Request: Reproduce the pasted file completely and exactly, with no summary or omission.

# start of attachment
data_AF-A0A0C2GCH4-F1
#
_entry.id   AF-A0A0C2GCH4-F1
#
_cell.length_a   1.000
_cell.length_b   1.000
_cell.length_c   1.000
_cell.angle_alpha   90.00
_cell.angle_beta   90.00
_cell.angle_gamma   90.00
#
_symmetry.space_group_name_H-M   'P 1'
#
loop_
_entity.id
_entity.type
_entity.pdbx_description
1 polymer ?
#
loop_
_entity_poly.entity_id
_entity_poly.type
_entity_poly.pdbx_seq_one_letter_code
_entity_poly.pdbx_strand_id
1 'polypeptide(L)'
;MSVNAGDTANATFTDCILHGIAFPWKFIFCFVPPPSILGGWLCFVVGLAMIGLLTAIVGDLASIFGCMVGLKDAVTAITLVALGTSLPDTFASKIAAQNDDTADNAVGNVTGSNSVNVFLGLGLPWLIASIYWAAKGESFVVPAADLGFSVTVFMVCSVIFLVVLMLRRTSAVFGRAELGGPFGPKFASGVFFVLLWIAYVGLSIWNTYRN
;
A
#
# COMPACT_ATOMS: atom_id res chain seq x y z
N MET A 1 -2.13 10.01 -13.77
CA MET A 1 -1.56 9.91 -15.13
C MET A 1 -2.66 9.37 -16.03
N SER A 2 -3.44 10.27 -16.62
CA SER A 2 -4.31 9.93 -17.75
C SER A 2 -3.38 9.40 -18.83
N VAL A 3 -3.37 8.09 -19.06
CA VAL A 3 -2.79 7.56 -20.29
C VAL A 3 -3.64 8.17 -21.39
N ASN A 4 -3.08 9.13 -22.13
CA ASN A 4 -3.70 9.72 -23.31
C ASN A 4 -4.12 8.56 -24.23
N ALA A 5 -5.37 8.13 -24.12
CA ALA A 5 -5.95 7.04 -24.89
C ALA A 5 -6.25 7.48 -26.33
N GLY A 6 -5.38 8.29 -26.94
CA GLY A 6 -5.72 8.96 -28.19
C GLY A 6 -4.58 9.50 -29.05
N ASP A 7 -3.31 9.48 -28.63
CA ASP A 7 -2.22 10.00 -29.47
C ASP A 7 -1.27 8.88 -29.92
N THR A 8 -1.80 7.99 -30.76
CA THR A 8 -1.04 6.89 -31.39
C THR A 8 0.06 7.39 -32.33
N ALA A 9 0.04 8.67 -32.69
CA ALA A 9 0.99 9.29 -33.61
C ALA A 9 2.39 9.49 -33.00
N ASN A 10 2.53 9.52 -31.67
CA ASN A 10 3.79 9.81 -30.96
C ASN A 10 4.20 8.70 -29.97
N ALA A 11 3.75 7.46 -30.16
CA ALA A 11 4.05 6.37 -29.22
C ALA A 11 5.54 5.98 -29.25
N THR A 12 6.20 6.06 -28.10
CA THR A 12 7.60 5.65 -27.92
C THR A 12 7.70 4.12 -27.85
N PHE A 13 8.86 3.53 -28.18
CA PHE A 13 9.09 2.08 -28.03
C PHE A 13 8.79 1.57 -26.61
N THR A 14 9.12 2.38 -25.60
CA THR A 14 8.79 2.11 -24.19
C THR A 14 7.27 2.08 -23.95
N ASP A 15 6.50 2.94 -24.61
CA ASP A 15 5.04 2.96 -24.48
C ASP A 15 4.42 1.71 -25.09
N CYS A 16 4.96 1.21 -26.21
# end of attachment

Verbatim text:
data_AF-A0A0C2GCH4-F1
#
_entry.id   AF-A0A0C2GCH4-F1
#
_cell.length_a   1.000
_cell.length_b   1.000
_cell.length_c   1.000
_cell.angle_alpha   90.00
_cell.angle_beta   90.00
_cell.angle_gamma   90.00
#
_symmetry.space_group_name_H-M   'P 1'
#
loop_
_entity.id
_entity.type
_entity.pdbx_description
1 polymer ?
#
loop_
_entity_poly.entity_id
_entity_poly.type
_entity_poly.pdbx_seq_one_letter_code
_entity_poly.pdbx_strand_id
1 'polypeptide(L)'
;MSVNAGDTANATFTDCILHGIAFPWKFIFCFVPPPSILGGWLCFVVGLAMIGLLTAIVGDLASIFGCMVGLKDAVTAITLVALGTSLPDTFASKIAAQNDDTADNAVGNVTGSNSVNVFLGLGLPWLIASIYWAAKGESFVVPAADLGFSVTVFMVCSVIFLVVLMLRRTSAVFGRAELGGPFGPKFASGVFFVLLWIAYVGLSIWNTYRN
;
A
#
# COMPACT_ATOMS: atom_id res chain seq x y z
N MET A 1 -2.13 10.01 -13.77
CA MET A 1 -1.56 9.91 -15.13
C MET A 1 -2.66 9.37 -16.03
N SER A 2 -3.44 10.27 -16.62
CA SER A 2 -4.31 9.93 -17.75
C SER A 2 -3.38 9.40 -18.83
N VAL A 3 -3.37 8.09 -19.06
CA VAL A 3 -2.79 7.56 -20.29
C VAL A 3 -3.64 8.17 -21.39
N ASN A 4 -3.08 9.13 -22.13
CA ASN A 4 -3.70 9.72 -23.31
C ASN A 4 -4.12 8.56 -24.23
N ALA A 5 -5.37 8.13 -24.12
CA ALA A 5 -5.95 7.04 -24.89
C ALA A 5 -6.25 7.48 -26.33
N GLY A 6 -5.38 8.29 -26.94
CA GLY A 6 -5.72 8.96 -28.19
C GLY A 6 -4.58 9.50 -29.05
N ASP A 7 -3.31 9.48 -28.63
CA ASP A 7 -2.22 10.00 -29.47
C ASP A 7 -1.27 8.88 -29.92
N THR A 8 -1.80 7.99 -30.76
CA THR A 8 -1.04 6.89 -31.39
C THR A 8 0.06 7.39 -32.33
N ALA A 9 0.04 8.67 -32.69
CA ALA A 9 0.99 9.29 -33.61
C ALA A 9 2.39 9.49 -33.00
N ASN A 10 2.53 9.52 -31.67
CA ASN A 10 3.79 9.81 -30.96
C ASN A 10 4.20 8.70 -29.97
N ALA A 11 3.75 7.46 -30.16
CA ALA A 11 4.05 6.37 -29.22
C ALA A 11 5.54 5.98 -29.25
N THR A 12 6.20 6.06 -28.10
CA THR A 12 7.60 5.65 -27.92
C THR A 12 7.70 4.12 -27.85
N PHE A 13 8.86 3.53 -28.18
CA PHE A 13 9.09 2.08 -28.03
C PHE A 13 8.79 1.57 -26.61
N THR A 14 9.12 2.38 -25.60
CA THR A 14 8.79 2.11 -24.19
C THR A 14 7.27 2.08 -23.95
N ASP A 15 6.50 2.94 -24.61
CA ASP A 15 5.04 2.96 -24.48
C ASP A 15 4.42 1.71 -25.09
N CYS A 16 4.96 1.21 -26.21